A Different simple Scenario

Some readers might be troubled by my comparing tariffs to income and payroll taxes. After all, corporate income taxes are paid by corporations, payroll taxes by a combination of employers and employees, etc.

This is where reading the economic textbooks pays off. An income tax is a tax on the transactions that produce the income. A tariff is a tax on the transaction between purchaser and foreign producer. Exactly who takes the tax hit depends on “elasticity.” (Look it up.)

The picture would be clearer if we used consumption taxes instead of income taxes. Suppose we replaced the income and payroll taxes with a 30% across-the-board national sales tax, as the Fair Tax people advocate. (They cheat by advertising a 23% number. If you have a 30% sales tax, the tax is 23% of the total cost.) That 30% tax would fall on domestically produced consumer goods and Chinese imports equally.

A Fair Tax coupled with complete elimination of tariffs is the same as a 30% across-the-board tariff rate on consumer goods. In 2016, the Libertarian candidate was more protectionist than Donald Trump! (Gary Johnson endorsed the Fair Tax.)

I have a question for Free Traders: would the Fair Tax be unfair mercantilism? If we had such a tax should imports be exempt?

On Producer Externalities

One could answer: “Yes, domestic goods should be taxed more since producers consume government services.” Also, domestic factories are ugly, often smelly, require government infrastructure and protection, and require government regulators to protect us from dangerous chemicals. When we move production to China, we move away the pollution to somewhere out of sight and smelling range.

But domestic production produces positive local externalities as well. That Oldsmobile factory can turn welfare recipients into productive citizens. It can make manual laborers into middle class Americans who can afford to pay for their own health insurance.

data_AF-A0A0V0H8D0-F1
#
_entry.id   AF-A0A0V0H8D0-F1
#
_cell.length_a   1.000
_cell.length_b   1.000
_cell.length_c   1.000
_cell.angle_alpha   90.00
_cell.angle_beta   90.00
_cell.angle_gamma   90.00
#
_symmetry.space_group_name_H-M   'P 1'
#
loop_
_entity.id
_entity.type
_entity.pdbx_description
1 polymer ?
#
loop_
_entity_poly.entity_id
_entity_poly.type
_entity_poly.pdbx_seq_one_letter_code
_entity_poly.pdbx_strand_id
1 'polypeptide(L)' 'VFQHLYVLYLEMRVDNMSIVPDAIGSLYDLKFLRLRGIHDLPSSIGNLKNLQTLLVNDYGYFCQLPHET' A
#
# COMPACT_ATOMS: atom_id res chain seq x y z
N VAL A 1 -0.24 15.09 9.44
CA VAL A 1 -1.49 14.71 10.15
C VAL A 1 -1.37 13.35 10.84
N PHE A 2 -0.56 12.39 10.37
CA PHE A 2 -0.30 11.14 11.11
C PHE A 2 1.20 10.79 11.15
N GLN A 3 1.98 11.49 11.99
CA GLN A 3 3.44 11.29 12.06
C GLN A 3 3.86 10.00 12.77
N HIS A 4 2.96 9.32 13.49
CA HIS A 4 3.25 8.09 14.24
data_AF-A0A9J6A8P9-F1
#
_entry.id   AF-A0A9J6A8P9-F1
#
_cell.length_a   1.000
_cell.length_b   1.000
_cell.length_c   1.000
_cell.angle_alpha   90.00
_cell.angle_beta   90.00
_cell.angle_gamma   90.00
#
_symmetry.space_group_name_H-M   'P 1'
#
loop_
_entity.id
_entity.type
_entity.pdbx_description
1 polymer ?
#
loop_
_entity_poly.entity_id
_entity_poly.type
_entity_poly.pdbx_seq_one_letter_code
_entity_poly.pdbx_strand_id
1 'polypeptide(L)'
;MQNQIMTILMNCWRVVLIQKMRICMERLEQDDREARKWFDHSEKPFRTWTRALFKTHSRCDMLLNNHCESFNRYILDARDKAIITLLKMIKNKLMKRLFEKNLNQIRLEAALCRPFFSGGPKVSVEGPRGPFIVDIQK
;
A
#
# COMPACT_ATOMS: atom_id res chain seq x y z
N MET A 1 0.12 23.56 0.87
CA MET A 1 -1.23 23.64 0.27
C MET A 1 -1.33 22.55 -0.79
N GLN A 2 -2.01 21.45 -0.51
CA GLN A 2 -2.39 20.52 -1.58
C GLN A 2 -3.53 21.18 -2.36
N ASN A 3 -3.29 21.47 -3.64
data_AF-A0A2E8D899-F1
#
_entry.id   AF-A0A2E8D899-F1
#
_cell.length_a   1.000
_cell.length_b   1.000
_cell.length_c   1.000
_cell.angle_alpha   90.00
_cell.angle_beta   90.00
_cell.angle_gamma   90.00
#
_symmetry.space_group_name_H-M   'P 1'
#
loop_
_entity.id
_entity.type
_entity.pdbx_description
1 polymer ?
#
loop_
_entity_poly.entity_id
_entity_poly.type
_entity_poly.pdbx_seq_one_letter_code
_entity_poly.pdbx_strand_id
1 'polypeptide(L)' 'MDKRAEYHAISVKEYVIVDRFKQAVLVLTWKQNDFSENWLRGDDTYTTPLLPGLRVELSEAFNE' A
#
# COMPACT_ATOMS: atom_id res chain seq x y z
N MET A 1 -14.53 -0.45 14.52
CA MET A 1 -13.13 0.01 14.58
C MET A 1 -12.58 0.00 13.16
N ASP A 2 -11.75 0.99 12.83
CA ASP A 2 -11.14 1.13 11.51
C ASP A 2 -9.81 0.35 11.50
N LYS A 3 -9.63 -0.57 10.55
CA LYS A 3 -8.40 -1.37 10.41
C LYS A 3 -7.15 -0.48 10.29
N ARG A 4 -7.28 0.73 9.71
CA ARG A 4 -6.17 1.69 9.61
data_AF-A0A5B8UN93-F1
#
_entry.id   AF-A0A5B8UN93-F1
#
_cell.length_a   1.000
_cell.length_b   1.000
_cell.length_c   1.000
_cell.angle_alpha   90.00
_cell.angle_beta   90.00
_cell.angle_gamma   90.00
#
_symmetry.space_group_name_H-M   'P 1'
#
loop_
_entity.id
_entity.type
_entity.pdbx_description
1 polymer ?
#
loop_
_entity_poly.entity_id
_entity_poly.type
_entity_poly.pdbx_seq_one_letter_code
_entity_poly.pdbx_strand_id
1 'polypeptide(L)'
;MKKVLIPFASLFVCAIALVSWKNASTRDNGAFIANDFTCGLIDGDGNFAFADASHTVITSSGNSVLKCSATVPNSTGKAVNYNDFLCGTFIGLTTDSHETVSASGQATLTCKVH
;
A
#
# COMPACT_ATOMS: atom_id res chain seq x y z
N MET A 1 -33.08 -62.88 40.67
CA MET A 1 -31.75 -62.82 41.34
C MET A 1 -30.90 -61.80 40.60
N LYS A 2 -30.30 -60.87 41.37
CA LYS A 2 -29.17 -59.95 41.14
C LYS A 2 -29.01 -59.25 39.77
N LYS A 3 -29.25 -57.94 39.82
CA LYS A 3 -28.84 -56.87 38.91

I’d rather pay for an overpriced Oldsmobile than pay taxes for welfare and Medicare for All.

Comparative Advantage Nonsense

The advocates of Free Trade point out that when we replace domestic goods with imports we free up labor for higher value items. Just look how well that worked in Allentown, Youngstown, Detroit, Kannapolis…

Sometimes Creative Destruction isn’t all that creative.

Here’s a wakeup call to academia: not everyone is college material. Not everyone is suited to be a symbol manipulator. For millennia, the bulk of humankind has been hunters, fighters, and farmers. Symbol manipulation was for shamans and weirdos. We are short on hunting grounds, the farms have been merged, and job opportunities in the military are limited.

By subsidized outsourcing of manual production, we are freeing up locals to be gang members and spaced out druggies — along with the police and prison guards who take care of them.

I’d rather pay for an overpriced Oldsmobile than for an archipelago of prisons and security forces to protect me from the unemployable who aren’t in prison yet.

The Double Taxation Problem

Note that I am not calling for full on mercantilism, protection of special industries, or anti dumping laws. I am calling for flat, across-the-board, tariffs that are comparable to our domestic taxes. This is a neutral position, if we treat foreign nations as black boxes.

(And as someone who prefers to limit meddling in foreign lands, I think treating foreign economic policies as black boxes is a Good Idea.)

Astute economists will note a problem with my proposal: if nations use a mix of income taxes and comparable tariffs, international trade goods get double taxed. That Japanese Toyota gets taxed by Japanese taxes before it comes here to be taxed with my proposed tariff.

And so the wonks keep calling for a more optimal system: zero tariffs by everyone.

These days, I disagree with the wonks. Two reasons: